1) Set the saw at an angle (about 5 degrees) so that when you cut the sides it will taper (skinnier at the bottom, wider at the top) This makes it easier to pick up and looks better (in my opinion). Cut the sides and then tape them back on.
2) You need to tape the sides back on so you have a square surface to reference off the saw table to cut the top. Because it is a severe curve I started by cutting a relief cut, then coming in from both sides.
What you have left is a whale shape, and I couldn't help but see how they were going to work...a little preview.
Step 3: Prepare the Brass Screws
On almost all the weights I saw, they had a little hook at the front. This is to place weight in a very specific location - I think...I'm just guessing here...so I decided to make mine removable. There are times when I don't want the screws in the way...so I decided to use machine screws that can be screwed on or off as needed.
I cut the heads off the screws, then went to the grinder to grind a bit of a knifes edge or point on the end that will be bent. I used a vise to hold it in place while I heated the screw up with a plumbing torch and bent it to the desired shape. If you tried to bend brass cold it would SNAP.
Step 4: Sanding, Wood-burning, and Finishing
This step is totally optional, but in the immortal words of David Picciuto: "Woodworkers are EXTRA!" So naturally I had to sand these through the grits up to 220, raise the grain, sand them some more...and wood burn some "whale marks". After that I sanded them some more and applied a few coats of finish.
The added bonus of the screws that attach to the front- they can hang while the finish dries. No need to apply the finish in stages- dunk them all at once and hang to dry.
Step 5: Prepare the Pull-chain Rulers (aka Secret Sauce)
This is where the magic really happens. To be able to have our hands free to draw the curves, we need a drawing bow or drafting bow. The simplest version of these is a couple holes on the end with string. The problem with that is you can't easily adjust it in tiny increments.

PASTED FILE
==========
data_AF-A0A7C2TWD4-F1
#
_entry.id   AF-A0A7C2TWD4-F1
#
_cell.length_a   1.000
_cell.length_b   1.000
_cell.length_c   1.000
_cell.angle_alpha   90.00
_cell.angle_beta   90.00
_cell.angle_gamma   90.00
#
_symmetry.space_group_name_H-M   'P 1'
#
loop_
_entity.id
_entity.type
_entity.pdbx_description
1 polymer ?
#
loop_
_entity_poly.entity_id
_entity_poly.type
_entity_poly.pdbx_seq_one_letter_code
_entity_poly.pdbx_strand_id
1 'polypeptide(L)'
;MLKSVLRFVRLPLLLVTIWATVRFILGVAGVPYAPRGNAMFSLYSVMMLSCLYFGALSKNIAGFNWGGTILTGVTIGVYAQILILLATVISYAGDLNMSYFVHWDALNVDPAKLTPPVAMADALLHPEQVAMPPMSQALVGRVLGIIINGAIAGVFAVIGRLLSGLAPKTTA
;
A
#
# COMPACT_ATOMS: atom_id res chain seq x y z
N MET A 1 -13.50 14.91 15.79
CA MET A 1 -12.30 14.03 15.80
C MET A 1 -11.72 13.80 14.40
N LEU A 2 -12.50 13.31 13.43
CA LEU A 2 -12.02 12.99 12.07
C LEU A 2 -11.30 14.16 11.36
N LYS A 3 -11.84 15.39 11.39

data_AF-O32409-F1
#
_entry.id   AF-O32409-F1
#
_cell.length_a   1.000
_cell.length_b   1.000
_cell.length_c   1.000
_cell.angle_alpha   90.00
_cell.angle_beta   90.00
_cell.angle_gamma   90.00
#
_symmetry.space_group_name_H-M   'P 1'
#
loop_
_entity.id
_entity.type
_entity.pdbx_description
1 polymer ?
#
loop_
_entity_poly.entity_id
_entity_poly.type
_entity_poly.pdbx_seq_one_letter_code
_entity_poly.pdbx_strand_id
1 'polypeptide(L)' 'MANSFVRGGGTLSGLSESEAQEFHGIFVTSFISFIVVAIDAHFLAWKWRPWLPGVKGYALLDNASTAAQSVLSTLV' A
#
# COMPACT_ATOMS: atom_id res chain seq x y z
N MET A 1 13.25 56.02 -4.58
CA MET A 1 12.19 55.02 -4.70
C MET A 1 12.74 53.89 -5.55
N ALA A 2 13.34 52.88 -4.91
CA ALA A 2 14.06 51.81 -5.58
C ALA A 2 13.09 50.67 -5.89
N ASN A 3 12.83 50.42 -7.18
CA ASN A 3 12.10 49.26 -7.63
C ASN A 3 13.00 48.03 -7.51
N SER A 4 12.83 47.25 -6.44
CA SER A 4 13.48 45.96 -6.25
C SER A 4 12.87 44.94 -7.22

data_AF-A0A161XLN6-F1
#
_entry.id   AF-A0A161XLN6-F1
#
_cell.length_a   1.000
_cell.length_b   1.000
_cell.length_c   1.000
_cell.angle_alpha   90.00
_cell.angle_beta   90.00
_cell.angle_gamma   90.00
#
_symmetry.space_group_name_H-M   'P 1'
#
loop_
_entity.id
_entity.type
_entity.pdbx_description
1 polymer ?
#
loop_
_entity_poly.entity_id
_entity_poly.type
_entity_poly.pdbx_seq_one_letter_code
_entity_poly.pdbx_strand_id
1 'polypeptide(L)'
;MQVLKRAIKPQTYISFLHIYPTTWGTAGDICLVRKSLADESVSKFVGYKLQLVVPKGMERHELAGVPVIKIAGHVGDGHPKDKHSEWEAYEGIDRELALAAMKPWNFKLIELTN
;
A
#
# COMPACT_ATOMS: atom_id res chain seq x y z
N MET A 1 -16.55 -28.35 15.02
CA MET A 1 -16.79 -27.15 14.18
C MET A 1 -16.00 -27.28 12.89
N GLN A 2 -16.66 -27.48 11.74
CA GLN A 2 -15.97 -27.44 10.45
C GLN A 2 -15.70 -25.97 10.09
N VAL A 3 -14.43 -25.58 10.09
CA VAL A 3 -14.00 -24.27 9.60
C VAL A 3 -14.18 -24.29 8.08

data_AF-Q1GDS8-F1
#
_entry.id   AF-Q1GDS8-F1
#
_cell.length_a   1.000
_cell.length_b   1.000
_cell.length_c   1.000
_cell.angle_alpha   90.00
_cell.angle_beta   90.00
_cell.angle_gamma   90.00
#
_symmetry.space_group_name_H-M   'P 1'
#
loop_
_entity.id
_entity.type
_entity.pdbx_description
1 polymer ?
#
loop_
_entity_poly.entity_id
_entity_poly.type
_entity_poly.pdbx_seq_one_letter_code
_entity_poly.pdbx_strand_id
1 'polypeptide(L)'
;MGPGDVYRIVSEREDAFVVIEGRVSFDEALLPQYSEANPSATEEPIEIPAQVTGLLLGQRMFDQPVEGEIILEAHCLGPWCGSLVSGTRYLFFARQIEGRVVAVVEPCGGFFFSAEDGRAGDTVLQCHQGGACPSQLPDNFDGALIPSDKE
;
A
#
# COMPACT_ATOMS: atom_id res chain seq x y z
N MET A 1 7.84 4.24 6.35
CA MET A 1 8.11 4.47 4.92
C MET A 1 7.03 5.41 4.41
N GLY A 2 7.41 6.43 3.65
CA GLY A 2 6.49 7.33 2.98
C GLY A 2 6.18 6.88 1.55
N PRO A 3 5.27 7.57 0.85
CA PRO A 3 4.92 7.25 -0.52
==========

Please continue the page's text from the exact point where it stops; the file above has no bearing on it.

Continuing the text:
I decided to use pull chain and turnbuckles because you can bend the shape into the ruler, get it close with the pull chain, and then micro-adjust the turn buckle until it is perfect!
The first photo shows how I attached the pull chain to the turnbuckle using a split key chain and modifying the connecters.
The turn buckle has quite a bit of travel, I got the cheapest one I could find and it still has over an inch of travel- that really changes the shape of the bow so you can fine tune the curve.
Step 6: How to Use These Things!
The feature I wanted to build these for was the notch on the front, to grab a ruler and hold it in place while I draw my lines. They work extremely well for this. There have been a few unexpected side benefits as well (aint no one trick pony...whale....it's late...):
They work great to hold the fixed end of a large beam compass. I don't have a work bench made of wood to nail something into...
With the hooks on, you can use the brass screw to push or pull the ruler into the alignment you need.
Aaaand you guessed it...they are great paper weights. I work in my garage, where it gets quite HOT. I use a box fan to keep cool and when I'm designing- it's a bit of a pain. I've always used hammers and pliers to hold the edges of my drawings down, now these have taken their place.
Step 7: Enjoy Your Extremely Useful - Glorified Paper Weights
When I sanded the bottom of these, some BB's had floated to the top of the epoxy at different levels and it created a shiny constellation-like pattern. It was unexpected but I really like it. I had planned to cover the bottoms with sandpaper or cork, but I think I'll leave them as is. I will probably use it in the future...on purpose.
If you have some pieces of wood scrap lying around...these are great little tools!!
Runner Up in the
Build a Tool Contest